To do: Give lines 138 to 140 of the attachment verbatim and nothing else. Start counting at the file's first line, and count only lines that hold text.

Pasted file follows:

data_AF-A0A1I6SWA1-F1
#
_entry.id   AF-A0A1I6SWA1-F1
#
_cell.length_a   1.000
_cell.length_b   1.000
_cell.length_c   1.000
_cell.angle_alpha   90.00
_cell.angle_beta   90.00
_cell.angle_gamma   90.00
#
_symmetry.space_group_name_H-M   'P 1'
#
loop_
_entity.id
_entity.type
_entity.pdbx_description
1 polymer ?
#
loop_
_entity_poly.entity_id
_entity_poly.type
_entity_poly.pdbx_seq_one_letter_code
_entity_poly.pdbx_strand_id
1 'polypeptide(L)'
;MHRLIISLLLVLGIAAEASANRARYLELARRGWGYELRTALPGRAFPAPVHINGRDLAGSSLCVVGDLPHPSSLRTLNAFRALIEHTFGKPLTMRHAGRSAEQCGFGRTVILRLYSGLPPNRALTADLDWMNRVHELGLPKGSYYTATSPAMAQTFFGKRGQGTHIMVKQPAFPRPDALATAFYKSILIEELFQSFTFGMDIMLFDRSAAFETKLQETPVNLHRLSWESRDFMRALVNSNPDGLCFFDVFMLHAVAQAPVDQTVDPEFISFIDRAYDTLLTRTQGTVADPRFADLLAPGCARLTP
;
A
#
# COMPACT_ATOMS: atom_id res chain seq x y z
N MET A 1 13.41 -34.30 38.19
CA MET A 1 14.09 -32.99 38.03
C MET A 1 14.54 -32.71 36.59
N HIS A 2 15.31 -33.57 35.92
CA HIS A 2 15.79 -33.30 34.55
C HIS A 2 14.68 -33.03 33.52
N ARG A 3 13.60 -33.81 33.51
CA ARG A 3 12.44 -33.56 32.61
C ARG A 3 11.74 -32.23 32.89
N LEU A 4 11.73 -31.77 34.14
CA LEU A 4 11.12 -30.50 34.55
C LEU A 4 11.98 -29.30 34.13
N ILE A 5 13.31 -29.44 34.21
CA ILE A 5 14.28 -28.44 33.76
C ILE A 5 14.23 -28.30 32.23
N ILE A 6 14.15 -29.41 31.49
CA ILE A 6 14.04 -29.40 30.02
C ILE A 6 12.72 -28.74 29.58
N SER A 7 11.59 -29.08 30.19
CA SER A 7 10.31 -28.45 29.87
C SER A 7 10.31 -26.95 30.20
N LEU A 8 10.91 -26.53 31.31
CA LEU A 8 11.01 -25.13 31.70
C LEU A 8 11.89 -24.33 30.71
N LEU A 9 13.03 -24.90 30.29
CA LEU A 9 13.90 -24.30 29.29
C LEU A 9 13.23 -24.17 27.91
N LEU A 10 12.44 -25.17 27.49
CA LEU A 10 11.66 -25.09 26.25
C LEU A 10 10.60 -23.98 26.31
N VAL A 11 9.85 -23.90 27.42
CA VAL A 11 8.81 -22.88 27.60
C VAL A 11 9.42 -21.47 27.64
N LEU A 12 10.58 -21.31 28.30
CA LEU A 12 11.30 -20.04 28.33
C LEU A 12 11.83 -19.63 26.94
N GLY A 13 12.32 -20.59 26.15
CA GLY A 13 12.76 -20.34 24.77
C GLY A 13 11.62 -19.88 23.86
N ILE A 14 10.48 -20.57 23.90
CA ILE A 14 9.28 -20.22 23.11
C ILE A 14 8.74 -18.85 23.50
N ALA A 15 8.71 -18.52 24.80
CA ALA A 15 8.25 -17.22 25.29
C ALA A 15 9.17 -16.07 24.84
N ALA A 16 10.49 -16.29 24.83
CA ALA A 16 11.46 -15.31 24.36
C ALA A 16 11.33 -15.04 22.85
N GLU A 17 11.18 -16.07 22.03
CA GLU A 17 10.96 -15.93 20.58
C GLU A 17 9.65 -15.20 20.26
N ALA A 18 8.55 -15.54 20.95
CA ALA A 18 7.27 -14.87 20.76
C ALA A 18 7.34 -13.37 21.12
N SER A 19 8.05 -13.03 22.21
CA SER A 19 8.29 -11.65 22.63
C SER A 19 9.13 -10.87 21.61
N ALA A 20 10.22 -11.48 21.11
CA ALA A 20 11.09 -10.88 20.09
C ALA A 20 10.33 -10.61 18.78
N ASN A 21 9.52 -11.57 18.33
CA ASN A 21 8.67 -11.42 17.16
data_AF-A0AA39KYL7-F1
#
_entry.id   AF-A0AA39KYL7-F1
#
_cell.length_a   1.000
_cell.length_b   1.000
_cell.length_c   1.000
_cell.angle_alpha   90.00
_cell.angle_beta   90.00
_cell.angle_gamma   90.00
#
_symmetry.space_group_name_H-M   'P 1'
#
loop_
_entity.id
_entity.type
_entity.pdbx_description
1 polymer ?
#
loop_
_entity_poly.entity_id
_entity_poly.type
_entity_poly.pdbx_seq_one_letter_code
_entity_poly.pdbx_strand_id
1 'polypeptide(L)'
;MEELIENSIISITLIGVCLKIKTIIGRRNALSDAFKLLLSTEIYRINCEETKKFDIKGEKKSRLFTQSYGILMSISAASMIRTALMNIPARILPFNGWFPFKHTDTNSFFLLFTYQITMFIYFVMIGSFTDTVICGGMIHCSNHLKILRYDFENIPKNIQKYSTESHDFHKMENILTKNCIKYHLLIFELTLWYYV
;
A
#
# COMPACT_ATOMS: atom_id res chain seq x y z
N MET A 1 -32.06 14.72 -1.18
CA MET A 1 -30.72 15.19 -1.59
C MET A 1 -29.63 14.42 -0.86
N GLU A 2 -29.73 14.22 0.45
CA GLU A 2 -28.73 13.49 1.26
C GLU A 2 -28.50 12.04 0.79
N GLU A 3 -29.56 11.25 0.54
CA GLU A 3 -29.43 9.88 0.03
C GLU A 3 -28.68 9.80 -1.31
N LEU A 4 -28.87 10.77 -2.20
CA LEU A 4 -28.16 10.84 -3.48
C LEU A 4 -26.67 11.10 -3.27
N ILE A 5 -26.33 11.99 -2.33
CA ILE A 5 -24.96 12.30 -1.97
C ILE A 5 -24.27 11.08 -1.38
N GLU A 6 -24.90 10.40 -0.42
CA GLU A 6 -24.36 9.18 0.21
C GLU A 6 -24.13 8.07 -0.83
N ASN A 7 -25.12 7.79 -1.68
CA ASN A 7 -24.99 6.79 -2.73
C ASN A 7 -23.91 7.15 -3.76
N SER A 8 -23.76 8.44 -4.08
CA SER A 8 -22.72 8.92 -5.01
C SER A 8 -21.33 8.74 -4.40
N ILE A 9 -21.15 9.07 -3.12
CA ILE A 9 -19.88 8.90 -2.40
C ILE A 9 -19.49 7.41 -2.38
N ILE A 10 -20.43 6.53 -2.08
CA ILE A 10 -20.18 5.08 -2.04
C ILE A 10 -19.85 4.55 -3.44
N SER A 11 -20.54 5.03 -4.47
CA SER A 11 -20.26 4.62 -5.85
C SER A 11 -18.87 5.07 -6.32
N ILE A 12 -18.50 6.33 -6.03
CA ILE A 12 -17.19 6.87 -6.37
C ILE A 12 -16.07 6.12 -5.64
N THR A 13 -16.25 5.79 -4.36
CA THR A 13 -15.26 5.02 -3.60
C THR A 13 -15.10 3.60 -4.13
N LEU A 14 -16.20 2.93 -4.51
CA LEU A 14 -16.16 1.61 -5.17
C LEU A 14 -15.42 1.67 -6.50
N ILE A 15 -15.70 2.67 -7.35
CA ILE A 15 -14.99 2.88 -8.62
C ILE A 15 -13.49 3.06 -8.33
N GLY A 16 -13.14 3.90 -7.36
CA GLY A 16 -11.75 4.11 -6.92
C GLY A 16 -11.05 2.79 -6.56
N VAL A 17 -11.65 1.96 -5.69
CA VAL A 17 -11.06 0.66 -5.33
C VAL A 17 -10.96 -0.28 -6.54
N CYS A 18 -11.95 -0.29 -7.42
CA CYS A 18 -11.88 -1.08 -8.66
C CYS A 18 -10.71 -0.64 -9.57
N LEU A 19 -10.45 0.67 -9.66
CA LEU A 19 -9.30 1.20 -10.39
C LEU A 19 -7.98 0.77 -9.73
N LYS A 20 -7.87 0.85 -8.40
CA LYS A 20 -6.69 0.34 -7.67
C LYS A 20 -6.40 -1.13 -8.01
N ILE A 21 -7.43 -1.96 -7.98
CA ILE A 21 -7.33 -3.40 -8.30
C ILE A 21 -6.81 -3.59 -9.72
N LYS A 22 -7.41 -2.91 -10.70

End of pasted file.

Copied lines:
N GLU A 6 -24.90 10.40 -0.42
CA GLU A 6 -24.36 9.18 0.21
C GLU A 6 -24.13 8.07 -0.83